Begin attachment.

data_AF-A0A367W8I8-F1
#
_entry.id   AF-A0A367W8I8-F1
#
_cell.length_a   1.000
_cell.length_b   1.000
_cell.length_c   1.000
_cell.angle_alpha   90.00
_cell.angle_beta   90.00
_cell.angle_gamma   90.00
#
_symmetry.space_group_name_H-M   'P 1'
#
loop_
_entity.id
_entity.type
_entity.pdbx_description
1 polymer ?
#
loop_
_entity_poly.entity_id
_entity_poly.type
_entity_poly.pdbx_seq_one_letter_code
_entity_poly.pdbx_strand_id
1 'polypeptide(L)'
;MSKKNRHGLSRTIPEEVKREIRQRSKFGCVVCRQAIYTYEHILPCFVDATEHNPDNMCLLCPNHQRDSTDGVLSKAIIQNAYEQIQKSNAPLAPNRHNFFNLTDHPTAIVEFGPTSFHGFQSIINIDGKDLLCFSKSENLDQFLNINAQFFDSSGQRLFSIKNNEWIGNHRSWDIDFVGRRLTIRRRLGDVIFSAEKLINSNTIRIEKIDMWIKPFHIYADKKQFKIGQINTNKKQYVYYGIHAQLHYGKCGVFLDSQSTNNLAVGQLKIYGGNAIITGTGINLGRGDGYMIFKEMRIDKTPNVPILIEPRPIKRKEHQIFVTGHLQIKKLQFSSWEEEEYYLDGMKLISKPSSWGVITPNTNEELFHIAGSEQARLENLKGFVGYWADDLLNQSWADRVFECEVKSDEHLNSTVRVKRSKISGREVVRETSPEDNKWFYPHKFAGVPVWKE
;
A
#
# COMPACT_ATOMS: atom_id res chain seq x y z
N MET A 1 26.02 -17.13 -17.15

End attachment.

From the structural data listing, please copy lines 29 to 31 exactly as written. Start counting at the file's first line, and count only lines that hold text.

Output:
#
# COMPACT_ATOMS: atom_id res chain seq x y z
N MET A 1 26.02 -17.13 -17.15